August 25, 2022
While students decidedly still need access to books, you may depend heavily on computers for literacy activities in your program. Here are some reminders about partnering with the school day to share resources, teaching internet safety to even your youngest students, and thinking critically about the websites they’ll visit.
Centering on Centers?
If your data tell you that literacy needs to be a high priority in your program, literacy centers can be a great approach. What’s more, devices can be a way to address lower-than-ideal staff-to-student ratios when you want to keep groups small.
- Start with Y4Y’s Literacy Activity Center Planner tool. It will help you think about how you’ll design centers to accommodate some use of computers or tablets for students to independently build literacy skills.
- Check out the Y4Y Literacy course and its full list of tools for more guidance on developing your specific activity goals.
- What familiar websites are going to be comfortable and user friendly for students? Has your district already done its due diligence in identifying the best literacy sources? Are they willing to share online subscriptions, given that you’re all serving the same students? Consult Y4Y’s Continuous Education course and its full list of tools if your leadership needs to get up to speed on forging and maintaining that partnership with school-day professionals.
- Y4Y also has developed a list of reputable online education sources, available in the Quality Online Education Resources tool.
Y4Y offers an entire Click & Go on digital literacy to further guide decisions about what online activities to offer and how to train students to use the internet safely and wisely.
- Leadership can use the Curriculum Resources tool to find important methods for improving digital literacy among students and staff.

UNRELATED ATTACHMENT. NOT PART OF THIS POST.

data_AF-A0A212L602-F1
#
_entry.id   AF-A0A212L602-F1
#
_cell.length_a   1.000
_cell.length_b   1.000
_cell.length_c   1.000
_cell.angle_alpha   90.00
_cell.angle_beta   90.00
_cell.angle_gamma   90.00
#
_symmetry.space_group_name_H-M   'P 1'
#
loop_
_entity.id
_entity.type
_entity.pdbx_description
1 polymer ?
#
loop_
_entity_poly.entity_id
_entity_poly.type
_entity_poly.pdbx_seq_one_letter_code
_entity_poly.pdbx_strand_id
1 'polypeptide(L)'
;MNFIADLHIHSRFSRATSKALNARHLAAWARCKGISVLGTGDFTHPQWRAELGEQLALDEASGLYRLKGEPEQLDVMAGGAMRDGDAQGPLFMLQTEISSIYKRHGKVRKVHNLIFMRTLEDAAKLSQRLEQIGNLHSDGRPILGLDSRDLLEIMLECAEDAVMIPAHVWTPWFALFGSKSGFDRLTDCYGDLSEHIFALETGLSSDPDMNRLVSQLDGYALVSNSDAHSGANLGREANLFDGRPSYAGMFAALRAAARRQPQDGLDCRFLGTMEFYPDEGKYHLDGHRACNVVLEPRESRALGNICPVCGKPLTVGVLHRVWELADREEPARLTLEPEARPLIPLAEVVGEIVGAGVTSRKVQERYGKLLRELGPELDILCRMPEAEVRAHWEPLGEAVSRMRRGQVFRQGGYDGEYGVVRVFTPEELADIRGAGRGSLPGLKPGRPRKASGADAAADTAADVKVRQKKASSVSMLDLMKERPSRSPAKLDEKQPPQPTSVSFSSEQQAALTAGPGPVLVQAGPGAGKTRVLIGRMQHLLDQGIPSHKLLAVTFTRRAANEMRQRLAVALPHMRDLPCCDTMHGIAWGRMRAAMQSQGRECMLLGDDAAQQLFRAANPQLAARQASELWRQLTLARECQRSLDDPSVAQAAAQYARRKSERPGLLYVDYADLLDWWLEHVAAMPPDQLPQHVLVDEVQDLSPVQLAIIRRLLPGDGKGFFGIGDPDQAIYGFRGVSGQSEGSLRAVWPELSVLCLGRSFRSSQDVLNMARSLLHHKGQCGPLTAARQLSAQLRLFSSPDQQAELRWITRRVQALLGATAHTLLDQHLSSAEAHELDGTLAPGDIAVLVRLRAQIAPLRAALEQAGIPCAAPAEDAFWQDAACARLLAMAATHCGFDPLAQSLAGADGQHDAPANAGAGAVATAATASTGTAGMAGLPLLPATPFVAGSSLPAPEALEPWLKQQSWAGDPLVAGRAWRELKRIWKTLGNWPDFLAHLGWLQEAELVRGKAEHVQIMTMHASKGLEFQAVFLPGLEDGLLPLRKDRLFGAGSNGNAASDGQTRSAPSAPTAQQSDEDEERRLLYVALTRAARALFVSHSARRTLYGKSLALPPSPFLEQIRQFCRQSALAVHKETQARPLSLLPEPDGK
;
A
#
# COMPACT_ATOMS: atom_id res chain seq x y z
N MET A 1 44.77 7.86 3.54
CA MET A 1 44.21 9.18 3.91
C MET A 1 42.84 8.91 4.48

- Be sure students understand two key aspects of using the internet wisely: Make sure the information source is reliable and protect yourself from bad actors. The Y4Y tools Guide for Spotting Misinformation and Disinformation and Digital Privacy Self-Assessment, respectively, are a place to start. But remember that for younger students, screening needs to be up to staff!
The Future of Using the Internet to Strengthen Literacy
The pandemic meant hitting the “fast forward” button on virtual learning. The planet was headed in that direction already, but my how that process sped up! Y4Y developed The Virtual Edge course to help 21st CCLC professionals continue to use virtual learning to their students’ advantage. But here’s a thinker: did you notice how many celebrities began to do online BOOK read-alouds during that time? Storyline Online is a great example. This was in recognition that when it comes to literacy, almost nothing compares to reading, or being read, a good old-fashioned book. So, as you continue to offer literacy activities on devices in your program, never forget the value of sitting in front of your students with a picture book in hand, doing all the funny voices and gestures that you can muster, and foster a lifelong love of reading.